As any reader of Cool Hunting or Hypebeast will tell you, collaborations were all the rage in the streetwear world a few years back. Artists, t-shirt brands, and sneaker companies regularly exchanged designs and ideas. Now, it looks like the concept could cross over to the food and drink world.
That’s why Food Republic was psyched to get a phone call from Jim Koch, founder of Samuel Adams, inviting us up to Boston to sit in on the first mash for the new Sam Adams collaboration with ultra-hot craft brew master Sam Calagione of Delaware’s Dogfish Head brewery.
The Sam Adams x Dogfish Head collaboration can also be traced back to a phone call.
Many a beer geek dreams of merely visiting Weihenstephan brewery in Germany. So when Koch picked up the phone one day and received an invite to create a beer in collaboration with the oldest brewery in the world, he was “pretty sure that I was being punked by another brewer,” he laughs.
The resulting collaboration, 2010’s bubbly, champagne-esque Infinium, was received with mixed reviews, but that wasn’t the point, says Koch. “It was about changing things,” he explains. “If beer culture isn’t moving, if we aren’t creating new things, pushing the envelope, then what are we doing? Being a brewer in the U.S. today is the most exciting time in the 10,000 years that people have been brewing beer.” It also made him think about other possible collaborations.
Which is what led to our trip up to Boston on a recent Friday for a clandestine meeting with Koch and Calagione. The godfather of American craft brewing and the current It-boy of the brewing world were meeting up in the Samuel Adams brewery to begin the mash for their beer, which will be released for the first and only time at the sold-out Savor craft beer and food festival in Washington DC in June.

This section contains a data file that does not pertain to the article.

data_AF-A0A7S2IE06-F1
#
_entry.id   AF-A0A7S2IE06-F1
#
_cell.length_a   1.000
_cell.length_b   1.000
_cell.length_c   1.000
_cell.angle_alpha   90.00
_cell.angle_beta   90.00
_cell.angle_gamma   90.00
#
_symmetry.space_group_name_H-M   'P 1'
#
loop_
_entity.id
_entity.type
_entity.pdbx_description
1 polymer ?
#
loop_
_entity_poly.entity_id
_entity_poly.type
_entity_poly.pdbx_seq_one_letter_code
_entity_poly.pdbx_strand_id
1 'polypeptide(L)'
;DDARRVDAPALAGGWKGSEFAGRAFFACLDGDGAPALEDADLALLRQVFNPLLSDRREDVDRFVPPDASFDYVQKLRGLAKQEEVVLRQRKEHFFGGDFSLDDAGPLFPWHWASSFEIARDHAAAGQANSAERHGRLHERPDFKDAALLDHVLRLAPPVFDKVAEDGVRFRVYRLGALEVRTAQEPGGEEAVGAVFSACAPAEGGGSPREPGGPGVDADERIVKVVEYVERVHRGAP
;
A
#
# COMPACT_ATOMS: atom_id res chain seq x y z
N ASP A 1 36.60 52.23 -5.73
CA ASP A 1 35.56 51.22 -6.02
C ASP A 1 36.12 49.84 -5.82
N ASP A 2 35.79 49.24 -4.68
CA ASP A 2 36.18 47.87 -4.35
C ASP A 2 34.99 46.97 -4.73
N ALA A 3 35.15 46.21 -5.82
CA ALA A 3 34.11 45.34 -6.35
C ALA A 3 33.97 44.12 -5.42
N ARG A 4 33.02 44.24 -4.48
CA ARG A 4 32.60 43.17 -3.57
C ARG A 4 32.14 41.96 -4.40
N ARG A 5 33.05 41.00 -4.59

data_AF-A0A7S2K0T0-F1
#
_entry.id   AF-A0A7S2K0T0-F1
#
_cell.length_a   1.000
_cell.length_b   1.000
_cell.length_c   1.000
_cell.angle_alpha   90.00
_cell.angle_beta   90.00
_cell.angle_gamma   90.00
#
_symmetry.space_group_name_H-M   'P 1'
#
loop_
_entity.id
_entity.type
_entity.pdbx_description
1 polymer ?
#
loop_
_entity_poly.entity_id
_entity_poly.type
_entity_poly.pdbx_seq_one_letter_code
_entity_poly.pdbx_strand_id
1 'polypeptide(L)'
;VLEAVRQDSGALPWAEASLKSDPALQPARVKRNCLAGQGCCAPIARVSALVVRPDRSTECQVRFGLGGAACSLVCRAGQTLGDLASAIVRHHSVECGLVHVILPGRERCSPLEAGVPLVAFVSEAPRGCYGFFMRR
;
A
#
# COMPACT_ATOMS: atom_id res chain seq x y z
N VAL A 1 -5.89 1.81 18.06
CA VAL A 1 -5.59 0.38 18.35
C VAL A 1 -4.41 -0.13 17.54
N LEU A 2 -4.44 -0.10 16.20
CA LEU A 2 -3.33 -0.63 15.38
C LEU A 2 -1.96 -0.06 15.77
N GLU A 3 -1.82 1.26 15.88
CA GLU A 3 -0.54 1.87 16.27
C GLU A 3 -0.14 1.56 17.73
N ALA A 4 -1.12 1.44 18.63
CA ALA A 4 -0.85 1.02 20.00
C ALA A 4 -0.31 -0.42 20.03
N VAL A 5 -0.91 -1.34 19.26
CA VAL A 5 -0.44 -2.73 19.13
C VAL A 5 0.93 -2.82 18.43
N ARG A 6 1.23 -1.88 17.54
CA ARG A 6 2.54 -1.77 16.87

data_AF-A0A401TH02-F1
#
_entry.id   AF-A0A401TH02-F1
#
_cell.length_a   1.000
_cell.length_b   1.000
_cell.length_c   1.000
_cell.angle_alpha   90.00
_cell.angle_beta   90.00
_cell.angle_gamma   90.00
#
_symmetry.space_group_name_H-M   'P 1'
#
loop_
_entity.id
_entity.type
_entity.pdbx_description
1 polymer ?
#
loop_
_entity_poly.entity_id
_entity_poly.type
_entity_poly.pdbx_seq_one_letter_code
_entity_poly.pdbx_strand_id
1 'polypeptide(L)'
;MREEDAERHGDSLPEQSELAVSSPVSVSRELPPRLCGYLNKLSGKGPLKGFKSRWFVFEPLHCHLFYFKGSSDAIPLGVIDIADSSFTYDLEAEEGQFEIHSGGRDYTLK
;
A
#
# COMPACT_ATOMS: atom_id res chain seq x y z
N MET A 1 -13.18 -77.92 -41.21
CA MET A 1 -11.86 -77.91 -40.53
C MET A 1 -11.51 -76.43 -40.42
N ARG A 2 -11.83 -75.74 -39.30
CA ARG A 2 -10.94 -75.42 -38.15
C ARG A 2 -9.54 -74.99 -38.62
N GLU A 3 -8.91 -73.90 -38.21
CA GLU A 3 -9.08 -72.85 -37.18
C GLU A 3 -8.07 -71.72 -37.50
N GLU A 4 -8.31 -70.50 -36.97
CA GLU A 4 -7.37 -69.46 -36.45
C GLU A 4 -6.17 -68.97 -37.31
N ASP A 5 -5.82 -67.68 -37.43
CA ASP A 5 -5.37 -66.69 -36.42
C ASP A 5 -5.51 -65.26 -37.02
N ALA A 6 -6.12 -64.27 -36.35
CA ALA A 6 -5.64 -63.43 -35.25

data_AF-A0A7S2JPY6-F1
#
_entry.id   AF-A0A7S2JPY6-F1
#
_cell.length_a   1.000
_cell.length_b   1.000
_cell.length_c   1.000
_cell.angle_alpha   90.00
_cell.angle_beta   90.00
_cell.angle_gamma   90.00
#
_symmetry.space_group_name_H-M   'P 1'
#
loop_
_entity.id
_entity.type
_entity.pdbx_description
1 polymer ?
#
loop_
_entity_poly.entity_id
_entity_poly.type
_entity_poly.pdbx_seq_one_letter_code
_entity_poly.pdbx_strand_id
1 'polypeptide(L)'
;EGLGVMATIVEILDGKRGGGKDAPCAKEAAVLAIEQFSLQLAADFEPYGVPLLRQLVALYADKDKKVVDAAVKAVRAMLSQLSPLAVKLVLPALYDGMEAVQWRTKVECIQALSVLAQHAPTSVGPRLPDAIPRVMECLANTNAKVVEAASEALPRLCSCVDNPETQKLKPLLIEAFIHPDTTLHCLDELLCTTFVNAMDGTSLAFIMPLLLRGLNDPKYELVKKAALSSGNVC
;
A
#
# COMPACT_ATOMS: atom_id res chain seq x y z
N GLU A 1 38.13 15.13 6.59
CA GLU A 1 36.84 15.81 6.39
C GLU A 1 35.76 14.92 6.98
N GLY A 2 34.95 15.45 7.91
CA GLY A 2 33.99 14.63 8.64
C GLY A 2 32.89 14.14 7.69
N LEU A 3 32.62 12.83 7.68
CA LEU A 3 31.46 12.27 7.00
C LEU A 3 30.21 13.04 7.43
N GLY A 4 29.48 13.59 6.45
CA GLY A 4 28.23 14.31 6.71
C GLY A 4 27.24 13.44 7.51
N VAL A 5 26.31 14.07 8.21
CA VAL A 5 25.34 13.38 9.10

“Have you ever brewed beer with rose petals?” Koch asks Calagione. “Neither have we,” he says. But among the hush-hush ingredients he pulls out are two different types of dried roses, one red and one pink, and the fresh petals of two other kinds of roses. Koch passes around a tincture —or extraction — that he has nicknamed WTF, which smells and tastes a lot like lavender. “I’m not saying if it is or it isn’t,” Koch says with a sly smile before pouring out a pile of an experimental and particularly floral hops — that go by the name 369, for those who know — onto the table.
“We wanted to push things as far as we could,” says Calagione. Adds Koch: “We said let’s take all the tools we have on Batman’s toolbelt and see what happens.” Calagione gestures around the brewery and notes, “And this is an awesome set of tools.” The pair wrote old-fashioned snail-mail letters to develop their ideas, and they were meeting in Boston to put these ideas into action.
In addition to rose water — which is replacing regular water, the main ingredient in most beer — the WTF tincture is added. Eventually, the WTF is confirmed to indeed contain lavender, as well as hibiscus and jasmine flowers. The resulting brew, which will be aged in the same whiskey barrel that was first used to age the first Sam Adams triple bock in 1993, is food-friendly and food-focused, which will be appropriate for Savor, which is focused on beer and food pairings. The amount of effort and expense of ingredients for this brew will never be recouped by either brewery for this limited editon beer. But “that’s not what this one is about. We created something completely new,” says Koch. “This one is for the fans.”
Have you tried a great collaboration beer? What do you think of beer with rose petals? Tell us your thoughts in the comments.